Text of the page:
Nokia has announced a “strategc review” of its mapping business and plans to sell HERE just eight years after buying it for £5bn
“Location-based services are one of the cornerstones of Nokia’s Internet services strategy and this acquisition is another step toward Nokia becoming a leading player in this space.”
That was the bold message from then Nokia CEO Olli-Pekka Kallasvuo just eight years ago, after the Finnish giant splashed out a whopping £5 billion on the world’s largest mapping data provider Navteq.
At the time, Nokia had the world at its proverbial feet. It was the biggest and most recognised handset manufacturer on the planet, owning nearly half the global market and boasting sales close to 440 million. The inclusion of maps on its emerging Ovi platform was meant to further cement its position of leadership and spearhead its ambitions to become the world’s biggest player in the navigation space. However, It failed.
Eight years on, Nokia is now a shadow of its former self. Having already divested its failing hardware business to Microsoft last year, the company has now confirmed HERE (formerly Ovi Maps, 2007-2011, Nokia Maps, 2011-2012) is also set to go as it looks to fund its merger with French networks firm Alcatel Lucent in an £11 billion deal.
From a user perspective, the numbers make for pretty grim reading when compared to its competitors and show a lack of mass market adoption.
Figures from research firm Comscore show it had just 202,000 unique users in the UK during February (excluding Windows devices), with 88 per cent using mobile (the rest were made up of desktop views). Nokia insists it recorded two million users over all devices (including Windows) for that same period.
This compares with Google Maps, the market leader, with 26 million unique visitors during the same month, and almost half of those (49 per cent) were on mobile.
Bing Maps (which uses HERE) had 1.6 million visitors, although Apple was second most popular on mobile with 6.2 million.
Analysts blame its poor adoption on a number of strategic decisions made by Nokia, dating back to 2007 right through to the present.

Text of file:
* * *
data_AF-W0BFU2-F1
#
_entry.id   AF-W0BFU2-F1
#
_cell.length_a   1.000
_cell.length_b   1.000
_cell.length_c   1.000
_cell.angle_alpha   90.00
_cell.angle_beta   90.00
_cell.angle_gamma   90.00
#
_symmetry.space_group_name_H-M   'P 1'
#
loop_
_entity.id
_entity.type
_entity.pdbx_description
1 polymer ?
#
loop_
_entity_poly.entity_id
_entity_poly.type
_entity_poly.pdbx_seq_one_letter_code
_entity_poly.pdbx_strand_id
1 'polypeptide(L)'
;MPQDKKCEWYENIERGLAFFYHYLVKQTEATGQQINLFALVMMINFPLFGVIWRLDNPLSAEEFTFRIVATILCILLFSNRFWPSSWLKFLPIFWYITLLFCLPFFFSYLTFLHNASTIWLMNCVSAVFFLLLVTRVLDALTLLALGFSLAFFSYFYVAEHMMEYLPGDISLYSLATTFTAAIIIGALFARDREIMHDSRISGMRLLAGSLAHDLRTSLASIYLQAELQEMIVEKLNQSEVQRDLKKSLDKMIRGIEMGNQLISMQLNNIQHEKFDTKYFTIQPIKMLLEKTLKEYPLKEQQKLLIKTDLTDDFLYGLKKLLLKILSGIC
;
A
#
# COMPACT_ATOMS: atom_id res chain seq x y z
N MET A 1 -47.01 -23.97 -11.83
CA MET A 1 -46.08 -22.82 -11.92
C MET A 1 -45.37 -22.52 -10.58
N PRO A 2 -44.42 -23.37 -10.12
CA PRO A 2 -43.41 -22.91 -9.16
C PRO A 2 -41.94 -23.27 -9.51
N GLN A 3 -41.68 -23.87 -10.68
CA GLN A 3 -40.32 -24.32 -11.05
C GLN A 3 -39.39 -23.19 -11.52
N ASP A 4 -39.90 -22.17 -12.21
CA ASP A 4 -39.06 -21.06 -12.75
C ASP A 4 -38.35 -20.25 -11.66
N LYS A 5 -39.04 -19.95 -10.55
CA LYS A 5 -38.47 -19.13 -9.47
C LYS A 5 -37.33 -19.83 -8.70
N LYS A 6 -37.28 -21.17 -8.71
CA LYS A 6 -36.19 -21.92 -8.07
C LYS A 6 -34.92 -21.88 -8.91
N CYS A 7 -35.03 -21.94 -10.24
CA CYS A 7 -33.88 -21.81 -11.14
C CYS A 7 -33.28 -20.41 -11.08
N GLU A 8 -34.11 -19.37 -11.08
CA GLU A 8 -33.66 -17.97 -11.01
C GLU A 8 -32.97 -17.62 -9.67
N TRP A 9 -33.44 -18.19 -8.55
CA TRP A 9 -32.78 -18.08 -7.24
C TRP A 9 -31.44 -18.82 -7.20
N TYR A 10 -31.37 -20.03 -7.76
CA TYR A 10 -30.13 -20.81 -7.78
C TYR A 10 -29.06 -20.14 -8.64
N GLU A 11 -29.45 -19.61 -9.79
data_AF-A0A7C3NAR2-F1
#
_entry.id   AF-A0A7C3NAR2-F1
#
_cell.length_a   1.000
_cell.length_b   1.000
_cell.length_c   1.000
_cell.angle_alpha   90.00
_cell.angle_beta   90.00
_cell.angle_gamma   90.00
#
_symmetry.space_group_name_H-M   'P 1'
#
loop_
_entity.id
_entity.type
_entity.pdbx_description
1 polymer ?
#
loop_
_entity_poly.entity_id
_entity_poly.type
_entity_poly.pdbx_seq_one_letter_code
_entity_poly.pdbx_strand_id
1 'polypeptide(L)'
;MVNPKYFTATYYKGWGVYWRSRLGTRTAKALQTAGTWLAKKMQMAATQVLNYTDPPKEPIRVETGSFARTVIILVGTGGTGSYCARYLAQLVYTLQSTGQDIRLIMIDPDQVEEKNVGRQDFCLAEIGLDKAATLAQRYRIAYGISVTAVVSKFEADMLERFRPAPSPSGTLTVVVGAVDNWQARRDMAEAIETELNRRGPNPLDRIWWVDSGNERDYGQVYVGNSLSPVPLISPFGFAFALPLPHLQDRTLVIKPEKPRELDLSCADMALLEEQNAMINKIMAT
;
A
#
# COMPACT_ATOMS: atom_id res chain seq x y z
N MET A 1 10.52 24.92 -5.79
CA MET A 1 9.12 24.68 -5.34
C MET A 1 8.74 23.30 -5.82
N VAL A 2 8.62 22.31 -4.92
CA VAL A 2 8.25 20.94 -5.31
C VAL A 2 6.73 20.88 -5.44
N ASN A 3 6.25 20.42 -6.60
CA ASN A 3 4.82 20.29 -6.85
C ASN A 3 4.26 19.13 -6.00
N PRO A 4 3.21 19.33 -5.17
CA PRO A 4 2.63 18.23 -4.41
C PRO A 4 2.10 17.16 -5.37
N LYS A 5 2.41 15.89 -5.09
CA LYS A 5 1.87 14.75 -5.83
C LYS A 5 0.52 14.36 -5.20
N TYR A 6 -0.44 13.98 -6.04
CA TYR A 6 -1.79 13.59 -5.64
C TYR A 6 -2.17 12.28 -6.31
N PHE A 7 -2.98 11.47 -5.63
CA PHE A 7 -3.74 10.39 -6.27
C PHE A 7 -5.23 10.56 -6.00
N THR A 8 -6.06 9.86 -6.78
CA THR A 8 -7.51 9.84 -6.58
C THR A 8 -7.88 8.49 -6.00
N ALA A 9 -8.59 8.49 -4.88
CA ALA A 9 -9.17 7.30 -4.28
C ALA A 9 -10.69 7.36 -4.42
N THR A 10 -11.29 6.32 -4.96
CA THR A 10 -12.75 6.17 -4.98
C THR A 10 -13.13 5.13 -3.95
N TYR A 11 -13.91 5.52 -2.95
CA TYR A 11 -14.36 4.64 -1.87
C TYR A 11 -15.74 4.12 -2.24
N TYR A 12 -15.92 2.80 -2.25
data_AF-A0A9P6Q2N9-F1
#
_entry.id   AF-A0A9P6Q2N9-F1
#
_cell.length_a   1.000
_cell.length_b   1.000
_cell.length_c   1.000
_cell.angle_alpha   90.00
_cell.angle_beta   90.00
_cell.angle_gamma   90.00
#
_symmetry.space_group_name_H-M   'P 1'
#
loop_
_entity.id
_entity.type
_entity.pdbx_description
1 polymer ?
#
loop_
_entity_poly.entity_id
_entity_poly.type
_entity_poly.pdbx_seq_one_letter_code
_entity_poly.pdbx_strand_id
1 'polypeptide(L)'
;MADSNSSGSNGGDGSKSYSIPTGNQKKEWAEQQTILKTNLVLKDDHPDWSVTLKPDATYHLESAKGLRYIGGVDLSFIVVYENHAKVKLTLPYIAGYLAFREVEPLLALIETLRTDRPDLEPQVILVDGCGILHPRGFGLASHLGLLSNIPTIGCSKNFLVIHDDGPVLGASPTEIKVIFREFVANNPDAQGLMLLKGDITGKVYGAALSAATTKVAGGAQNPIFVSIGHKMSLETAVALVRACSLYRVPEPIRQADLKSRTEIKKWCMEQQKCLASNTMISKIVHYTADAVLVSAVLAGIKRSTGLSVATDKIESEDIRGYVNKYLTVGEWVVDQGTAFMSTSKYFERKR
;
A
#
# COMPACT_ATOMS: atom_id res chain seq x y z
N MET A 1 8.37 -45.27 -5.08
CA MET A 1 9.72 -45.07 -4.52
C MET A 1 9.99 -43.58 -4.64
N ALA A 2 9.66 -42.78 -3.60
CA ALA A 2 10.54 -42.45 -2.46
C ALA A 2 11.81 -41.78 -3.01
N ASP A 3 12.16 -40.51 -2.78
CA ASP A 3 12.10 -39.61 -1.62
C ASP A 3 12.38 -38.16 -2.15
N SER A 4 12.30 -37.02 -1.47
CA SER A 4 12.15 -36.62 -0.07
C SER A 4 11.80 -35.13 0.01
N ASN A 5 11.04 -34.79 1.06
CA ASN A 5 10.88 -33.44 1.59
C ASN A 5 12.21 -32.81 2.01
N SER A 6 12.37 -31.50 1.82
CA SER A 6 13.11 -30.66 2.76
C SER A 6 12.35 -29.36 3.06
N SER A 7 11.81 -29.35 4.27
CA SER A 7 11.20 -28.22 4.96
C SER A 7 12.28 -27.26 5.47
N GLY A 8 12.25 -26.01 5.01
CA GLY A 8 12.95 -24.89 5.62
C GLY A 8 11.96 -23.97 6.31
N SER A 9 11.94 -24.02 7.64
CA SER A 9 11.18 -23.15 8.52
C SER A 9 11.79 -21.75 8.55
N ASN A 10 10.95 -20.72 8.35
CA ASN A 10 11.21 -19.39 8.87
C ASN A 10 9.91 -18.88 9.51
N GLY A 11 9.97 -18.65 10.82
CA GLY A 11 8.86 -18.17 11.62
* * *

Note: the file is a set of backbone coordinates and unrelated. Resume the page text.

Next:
These include, initially charging customers for a Nokia Maps Navigation licence, £6.99 per month or £54.99 a year, whilst comparable offering from the likes of Google Maps available on Android, BlackBerry and iOS were free.
“While it was tied up with Nokia phones, it had a really strong offering,” said CCS Insight analyst Martin Garner, “but with Nokia smartphones losing such a massive share, the maps offering fell away on the consumer side.”
Another criticism surrounds the firm’s decision to initially restrict the service to just Nokia handsets (a decision in 2007 which initially seemed a sensible one given its dominance) has also backfired – limiting its visibility to the mass market. Windows Phone has a market share of around 7.8 per cent according to the latest figures from Kantar, giving it an estimated six million handsets in the UK.
HERE was originally launched on iOS in 2012, but pulled a year later due to issues with iOS 7. It was re-added in February, having been made available on Android in December last year.
Following the launch of its Android app, there has been more than four million downloads across the world, according to Nokia, although it declined to disclose exact numbers for the UK.
“The UK market is quite Apple heavy and HERE has only just became available on that platform. Android is the dominant platform and it has not historically had that platform either,” Comscore regional marketing insights director Ben Martin explained.
“It takes time to grow share and when you already have established, integrated services such as Google Maps and Apple Maps then it would take any challenger time to break through that dominance. It is a very congested market.”
Radio Free Mobile’s Richard Windsor was quoted in 2007 (then at Nomura Securities), labelling Nokia’s business model in navigation as “already broken”.
Eight years on his concerns appear to have been proved correct.
“There are only two really good quality mapping services out there in the world: Google Maps and HERE,” said Windsor.
“Ovi was much more than just maps – it was Nokia’s plans to cement its relationship with the customer at the expense of the network operator. It didn’t really work. It is a good product for the consumer but the point of interest is not as strong as its rivals. But selling it wouldn’t do them any harm, except that if they sell it now, they will sell it cheap.